With winter weather in full swing exposure to slips and falls significantly increase due to the hazardous weather conditions that occur from freezing rain, snow and ice. Preventing these incidents are key during the coldest months by removing and monitoring ice and snow from walking and driving surfaces. Along with the risk of slip and falls is the risk of frostbite, frostnip, heart attack, hypothermia and many more health effects due to extended exposure time in severe weather conditions.
Below are prevention tips from OSHA, local agencies , and the Madison Health Department to help keep you safe this winter.
Slip Prevention Tips
•Modify your step: when transitioning from outside to inside and on steps, adjust the way you walk. Walk with short, deliberate steps where the midfoot strikes the ground first (not the heel)
•Be careful of glaring lights: give your eyes time to adjust with varying lights and conditions to limit risk of falling.
•Slips by falling backward are the most common slip occurrence. When walking in slippery conditions, the body should be centered over the feet. Pay attention; do not become distracted with your phone, reaching for objects, etc.
•Use railings whenever possible
•Look before getting out of vehicles. If area is coated with ice, test surfaces by tapping with your foot, move carefully when walking on different surface types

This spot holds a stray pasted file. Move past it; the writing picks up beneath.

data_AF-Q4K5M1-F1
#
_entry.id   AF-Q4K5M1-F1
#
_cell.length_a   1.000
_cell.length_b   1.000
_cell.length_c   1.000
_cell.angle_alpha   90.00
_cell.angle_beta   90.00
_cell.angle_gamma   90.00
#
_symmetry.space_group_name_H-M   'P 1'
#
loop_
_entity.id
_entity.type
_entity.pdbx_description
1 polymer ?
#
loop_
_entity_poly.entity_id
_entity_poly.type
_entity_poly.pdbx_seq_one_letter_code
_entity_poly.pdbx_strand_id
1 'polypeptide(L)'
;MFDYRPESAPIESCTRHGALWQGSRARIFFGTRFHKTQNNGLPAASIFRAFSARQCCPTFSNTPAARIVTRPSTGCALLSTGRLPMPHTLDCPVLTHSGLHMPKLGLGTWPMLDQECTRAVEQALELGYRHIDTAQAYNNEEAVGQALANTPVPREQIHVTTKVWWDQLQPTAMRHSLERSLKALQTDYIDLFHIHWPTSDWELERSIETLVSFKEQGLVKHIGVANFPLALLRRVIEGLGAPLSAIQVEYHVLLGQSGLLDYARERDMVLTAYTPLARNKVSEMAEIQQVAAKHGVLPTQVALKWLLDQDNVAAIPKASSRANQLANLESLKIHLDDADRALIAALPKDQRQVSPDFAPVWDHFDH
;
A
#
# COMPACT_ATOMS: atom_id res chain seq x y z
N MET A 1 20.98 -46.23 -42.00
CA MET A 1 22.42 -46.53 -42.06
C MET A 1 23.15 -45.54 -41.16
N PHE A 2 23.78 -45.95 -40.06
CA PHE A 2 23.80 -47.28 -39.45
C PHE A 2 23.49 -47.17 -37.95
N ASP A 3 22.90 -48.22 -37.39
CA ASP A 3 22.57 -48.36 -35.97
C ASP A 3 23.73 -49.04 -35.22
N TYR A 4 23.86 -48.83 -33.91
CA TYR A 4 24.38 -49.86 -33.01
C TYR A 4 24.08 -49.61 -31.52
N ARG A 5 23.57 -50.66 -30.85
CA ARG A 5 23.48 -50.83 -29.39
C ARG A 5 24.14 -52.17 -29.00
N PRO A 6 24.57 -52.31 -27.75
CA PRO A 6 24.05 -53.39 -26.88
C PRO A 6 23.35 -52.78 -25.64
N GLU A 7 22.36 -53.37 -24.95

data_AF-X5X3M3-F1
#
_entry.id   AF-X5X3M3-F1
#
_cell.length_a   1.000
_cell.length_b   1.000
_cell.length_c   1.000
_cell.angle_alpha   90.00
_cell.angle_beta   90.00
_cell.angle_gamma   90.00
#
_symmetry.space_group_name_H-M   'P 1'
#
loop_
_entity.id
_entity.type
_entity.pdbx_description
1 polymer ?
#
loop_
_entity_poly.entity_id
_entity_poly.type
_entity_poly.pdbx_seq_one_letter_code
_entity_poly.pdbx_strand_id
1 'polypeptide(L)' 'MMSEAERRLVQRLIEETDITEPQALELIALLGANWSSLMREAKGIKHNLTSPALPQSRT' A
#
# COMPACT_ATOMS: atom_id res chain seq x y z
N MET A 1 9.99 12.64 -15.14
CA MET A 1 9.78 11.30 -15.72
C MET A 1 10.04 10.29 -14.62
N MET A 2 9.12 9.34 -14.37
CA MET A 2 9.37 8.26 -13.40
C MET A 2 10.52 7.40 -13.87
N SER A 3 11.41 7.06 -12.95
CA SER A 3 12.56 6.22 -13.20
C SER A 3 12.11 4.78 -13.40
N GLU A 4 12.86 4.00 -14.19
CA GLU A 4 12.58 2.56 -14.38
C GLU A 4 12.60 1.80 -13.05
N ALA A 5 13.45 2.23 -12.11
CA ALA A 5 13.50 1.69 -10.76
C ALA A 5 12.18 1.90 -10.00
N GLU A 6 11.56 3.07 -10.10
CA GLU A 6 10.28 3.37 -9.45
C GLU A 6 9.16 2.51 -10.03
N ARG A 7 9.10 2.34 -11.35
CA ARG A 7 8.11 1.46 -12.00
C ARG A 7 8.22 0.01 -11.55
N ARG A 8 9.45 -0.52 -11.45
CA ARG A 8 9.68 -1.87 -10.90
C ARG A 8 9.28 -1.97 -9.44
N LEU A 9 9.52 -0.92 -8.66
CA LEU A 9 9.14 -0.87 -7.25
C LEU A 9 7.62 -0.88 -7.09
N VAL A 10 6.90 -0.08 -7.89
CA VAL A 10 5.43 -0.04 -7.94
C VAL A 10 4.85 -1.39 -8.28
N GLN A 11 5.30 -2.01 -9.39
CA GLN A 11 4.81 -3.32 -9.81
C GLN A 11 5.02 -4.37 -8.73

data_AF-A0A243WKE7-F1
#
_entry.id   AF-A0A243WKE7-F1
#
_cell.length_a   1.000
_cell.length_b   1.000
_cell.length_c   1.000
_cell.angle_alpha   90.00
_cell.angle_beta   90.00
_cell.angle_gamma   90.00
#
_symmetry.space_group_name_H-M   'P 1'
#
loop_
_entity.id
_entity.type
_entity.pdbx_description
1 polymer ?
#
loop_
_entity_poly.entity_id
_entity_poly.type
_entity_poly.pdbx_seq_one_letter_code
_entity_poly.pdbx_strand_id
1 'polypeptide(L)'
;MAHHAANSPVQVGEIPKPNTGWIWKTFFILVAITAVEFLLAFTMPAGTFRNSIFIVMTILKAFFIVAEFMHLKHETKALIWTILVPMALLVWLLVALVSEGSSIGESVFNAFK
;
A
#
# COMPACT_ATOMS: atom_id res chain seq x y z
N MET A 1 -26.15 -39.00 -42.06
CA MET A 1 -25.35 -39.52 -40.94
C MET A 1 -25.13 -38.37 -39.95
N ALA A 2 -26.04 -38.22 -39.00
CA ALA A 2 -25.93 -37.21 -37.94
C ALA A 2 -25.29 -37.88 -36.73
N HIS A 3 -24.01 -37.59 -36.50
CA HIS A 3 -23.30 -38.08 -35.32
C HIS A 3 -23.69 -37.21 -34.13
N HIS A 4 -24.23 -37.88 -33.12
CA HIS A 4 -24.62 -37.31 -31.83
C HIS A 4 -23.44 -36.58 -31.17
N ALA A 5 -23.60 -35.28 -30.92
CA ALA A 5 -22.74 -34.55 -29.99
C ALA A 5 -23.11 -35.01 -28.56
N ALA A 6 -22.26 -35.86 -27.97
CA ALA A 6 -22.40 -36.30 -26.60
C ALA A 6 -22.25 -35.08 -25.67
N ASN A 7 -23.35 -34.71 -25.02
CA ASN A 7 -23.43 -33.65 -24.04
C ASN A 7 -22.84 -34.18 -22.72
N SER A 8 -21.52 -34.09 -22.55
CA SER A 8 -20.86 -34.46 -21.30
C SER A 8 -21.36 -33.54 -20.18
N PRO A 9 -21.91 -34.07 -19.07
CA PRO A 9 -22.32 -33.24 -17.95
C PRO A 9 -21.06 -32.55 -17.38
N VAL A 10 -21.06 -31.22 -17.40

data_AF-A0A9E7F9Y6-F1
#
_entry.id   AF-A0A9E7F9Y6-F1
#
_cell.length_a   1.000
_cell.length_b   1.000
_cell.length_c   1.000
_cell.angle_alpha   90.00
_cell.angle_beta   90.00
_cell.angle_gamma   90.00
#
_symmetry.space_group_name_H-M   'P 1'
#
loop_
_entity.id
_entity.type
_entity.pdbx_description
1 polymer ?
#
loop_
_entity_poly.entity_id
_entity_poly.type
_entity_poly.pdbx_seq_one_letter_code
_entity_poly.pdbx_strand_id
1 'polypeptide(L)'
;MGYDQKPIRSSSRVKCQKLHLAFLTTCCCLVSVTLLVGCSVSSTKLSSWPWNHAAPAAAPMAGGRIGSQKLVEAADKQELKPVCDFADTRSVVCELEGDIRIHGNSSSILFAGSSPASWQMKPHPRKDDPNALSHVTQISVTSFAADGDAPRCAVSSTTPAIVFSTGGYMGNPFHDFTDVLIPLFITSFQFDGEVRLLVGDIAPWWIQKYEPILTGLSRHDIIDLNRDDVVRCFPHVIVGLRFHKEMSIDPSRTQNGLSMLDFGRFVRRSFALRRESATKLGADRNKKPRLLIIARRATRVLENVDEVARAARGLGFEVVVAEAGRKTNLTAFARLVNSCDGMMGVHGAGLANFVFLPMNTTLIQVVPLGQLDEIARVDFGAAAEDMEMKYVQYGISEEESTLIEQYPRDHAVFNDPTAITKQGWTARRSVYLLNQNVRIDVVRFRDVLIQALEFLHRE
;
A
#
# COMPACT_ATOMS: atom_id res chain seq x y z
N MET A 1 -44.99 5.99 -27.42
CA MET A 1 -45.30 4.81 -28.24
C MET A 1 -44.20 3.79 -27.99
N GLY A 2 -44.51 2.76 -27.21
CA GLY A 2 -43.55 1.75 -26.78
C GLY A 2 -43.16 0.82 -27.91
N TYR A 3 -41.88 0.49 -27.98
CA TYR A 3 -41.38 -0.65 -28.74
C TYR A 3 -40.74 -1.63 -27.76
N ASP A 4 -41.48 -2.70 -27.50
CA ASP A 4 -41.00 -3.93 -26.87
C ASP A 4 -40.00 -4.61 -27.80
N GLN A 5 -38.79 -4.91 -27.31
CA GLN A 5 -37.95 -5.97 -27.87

Cold Injury Prevention
•Wear silk or synthetic (polypropylene) to keep moisture away from the body. Thermal wear, silk or additional layers as need, as inner layers of clothing) that will hold more body heat than cotton.
•Do not use tight clothing as it reduces blood circulation. Warm blood needs to be circulated to the extremities
•Cover face, ears and head with hats, scarves, ear muffs
•Hats will help keep your whole body warmer. Hats reduce the amount of body heat that escapes from your head.
•Insulated gloves (water resistant can be helpful ), to protect the hands
•Insulated and waterproof boots to protect the feet
During severe conditions check with your office of emergency management regarding warming centers.
For more information about prevention tips and health effects from severe cold weather affecting your health, please call 973-593-3079 between 8:00 A.M. – 4:30 P.m. or in case of an emergency call 911 or your local police department.